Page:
Solitary Laughter

That laugh-out-loud-when-you’re-alone-moment.

It’s one of the hidden gifts of life. When you can be alone and for whatever strange stirring in the brain, you laugh out loud. And not in spite of yourself. Who all wants to spite themselves anyway for laughing? That’s just stupid.

Anyway, if you’ve never experienced the unexpected laugh fairy visit while alone, then you should order a lighter version of yourself. Step down as CEO. Quit working at the DMV. Whatever you can do to open the laugh gates once in a while. Certainly if your brain is capable of processing at least one thought a second, by the law of randomness even an old dirty joke long years forgotten will resurface to your short-term memory sooner or later.

The mystery of a true, good-hearted laugh is that it can’t be forced. It comes out like a sneeze, a knee-jerk ejecta. You let it out in a stifled huff or a full series of bellowed guffaws (best done inside your car while sitting in traffic). We watch comedies, pay comedians and, unless you have coulraphobia, hire clowns to manufacture the laugh for us because we can’t seem to do it on a whim.

Except we can. Laughter is infectious. We can surround ourselves with others that like to laugh. If you’ve ever been accused of laughing too much, avoid the accuser at all costs. Because laughter is a rarity, a biological commodity that runs out if we don’t tap into its reserve. Laughter has helped the beaten, the weary, and the sick. To die laughing wouldn’t be a bad way to go. (I could float up in the air laughing like old Mr. Dawes Sr. from Mary Poppins, rising up to the ceiling laughing my head off until my heart seized).

But social laughter aside, it’s the laughter in solitude that is the real magic. To be able to just be alone and laugh. I’m not talking about the crazy, mustache-twisting insane type of alone-laughter. I mean when you’re just sitting there by yourself and you suddenly remember that time when Larry tried to slip a silent fart at the last meeting and failed. Or while you’re alone in the bathroom brushing your teeth, you recall that one time a passing stranger tried to give you the sexy smile just before he walked into a wall. It’s okay if you just sprayed toothpaste all over the  mirror from laughing just now.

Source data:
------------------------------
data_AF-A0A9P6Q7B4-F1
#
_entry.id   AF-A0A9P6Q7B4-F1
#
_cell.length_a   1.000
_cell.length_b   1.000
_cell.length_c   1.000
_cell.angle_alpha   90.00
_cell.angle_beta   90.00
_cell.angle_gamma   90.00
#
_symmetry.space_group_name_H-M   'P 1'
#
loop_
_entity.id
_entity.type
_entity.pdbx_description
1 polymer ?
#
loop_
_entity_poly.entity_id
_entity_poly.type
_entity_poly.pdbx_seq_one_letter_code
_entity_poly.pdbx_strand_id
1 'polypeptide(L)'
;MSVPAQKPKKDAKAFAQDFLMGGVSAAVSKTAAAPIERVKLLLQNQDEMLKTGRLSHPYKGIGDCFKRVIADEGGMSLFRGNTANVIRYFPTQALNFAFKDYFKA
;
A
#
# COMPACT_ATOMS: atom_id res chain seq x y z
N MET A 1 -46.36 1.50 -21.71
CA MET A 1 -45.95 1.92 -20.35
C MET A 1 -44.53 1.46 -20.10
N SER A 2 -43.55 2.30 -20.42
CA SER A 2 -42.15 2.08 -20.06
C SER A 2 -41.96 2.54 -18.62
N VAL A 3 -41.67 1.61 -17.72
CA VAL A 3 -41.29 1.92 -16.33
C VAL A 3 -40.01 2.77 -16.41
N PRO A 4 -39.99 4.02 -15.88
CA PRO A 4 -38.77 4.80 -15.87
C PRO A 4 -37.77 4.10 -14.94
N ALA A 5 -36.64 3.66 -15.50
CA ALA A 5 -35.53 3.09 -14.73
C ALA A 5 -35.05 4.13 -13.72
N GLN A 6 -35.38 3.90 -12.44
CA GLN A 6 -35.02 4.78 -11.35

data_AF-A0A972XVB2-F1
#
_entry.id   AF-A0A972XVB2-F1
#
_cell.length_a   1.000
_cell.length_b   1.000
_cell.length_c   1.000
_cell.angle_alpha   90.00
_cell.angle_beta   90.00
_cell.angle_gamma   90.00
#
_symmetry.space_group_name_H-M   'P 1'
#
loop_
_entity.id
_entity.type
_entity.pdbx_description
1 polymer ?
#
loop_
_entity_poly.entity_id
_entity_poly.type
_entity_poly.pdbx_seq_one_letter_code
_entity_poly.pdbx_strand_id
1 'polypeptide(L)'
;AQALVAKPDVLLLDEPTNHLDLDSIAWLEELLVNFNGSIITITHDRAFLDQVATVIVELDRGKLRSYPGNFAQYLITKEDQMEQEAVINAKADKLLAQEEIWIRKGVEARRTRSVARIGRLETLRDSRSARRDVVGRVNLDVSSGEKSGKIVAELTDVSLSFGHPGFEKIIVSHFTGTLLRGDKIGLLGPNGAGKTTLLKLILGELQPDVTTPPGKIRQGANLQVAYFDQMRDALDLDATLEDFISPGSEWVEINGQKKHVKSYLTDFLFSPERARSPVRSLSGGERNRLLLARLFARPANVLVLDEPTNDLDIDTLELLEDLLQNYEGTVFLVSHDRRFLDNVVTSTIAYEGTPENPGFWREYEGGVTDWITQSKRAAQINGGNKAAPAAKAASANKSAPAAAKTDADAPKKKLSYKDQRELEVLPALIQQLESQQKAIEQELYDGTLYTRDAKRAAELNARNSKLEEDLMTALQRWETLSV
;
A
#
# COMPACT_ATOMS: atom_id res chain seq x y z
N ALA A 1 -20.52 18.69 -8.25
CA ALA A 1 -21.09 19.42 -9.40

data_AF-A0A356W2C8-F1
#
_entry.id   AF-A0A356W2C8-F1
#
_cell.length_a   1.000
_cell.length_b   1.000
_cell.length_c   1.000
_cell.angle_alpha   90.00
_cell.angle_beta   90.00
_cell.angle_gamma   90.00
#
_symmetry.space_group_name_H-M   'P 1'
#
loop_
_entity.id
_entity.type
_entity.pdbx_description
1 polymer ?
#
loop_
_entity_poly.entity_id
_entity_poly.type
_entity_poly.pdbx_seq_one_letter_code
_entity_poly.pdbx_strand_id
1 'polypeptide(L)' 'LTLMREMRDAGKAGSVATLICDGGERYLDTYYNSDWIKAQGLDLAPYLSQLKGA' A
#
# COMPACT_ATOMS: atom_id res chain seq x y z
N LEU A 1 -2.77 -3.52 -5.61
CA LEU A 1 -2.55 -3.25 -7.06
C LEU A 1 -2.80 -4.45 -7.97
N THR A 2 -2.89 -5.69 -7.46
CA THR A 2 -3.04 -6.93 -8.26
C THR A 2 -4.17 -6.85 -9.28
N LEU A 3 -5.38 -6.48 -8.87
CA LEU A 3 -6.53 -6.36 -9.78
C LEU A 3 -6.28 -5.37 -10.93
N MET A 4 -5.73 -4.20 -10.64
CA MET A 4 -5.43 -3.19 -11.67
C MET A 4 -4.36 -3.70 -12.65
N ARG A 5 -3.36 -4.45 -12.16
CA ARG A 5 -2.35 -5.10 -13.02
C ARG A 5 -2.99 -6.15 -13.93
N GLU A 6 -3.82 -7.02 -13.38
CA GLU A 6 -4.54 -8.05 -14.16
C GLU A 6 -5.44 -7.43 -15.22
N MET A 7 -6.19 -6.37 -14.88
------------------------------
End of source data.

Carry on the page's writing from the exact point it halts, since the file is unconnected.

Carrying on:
Sometimes the laugh trigger is strange. It was funnier reminiscing in private the idea of Steve Martin juggling cats instead of actually watching him do it. The other day I snickered loudly to myself after arbitrarily recalling Orlando Jones talking about fearing spiders on the football field, a line from a movie that as a whole really wasn’t that funny.

Whatever the laugh trigger is, enjoy it. It is your rare gift to yourself. The world is mad, but not mad with laughter. In this time of ours, more than ever, we need a good laugh. The equation to fix all of our problems may never be solved, but be assured laughter is in there somewhere in the solution.

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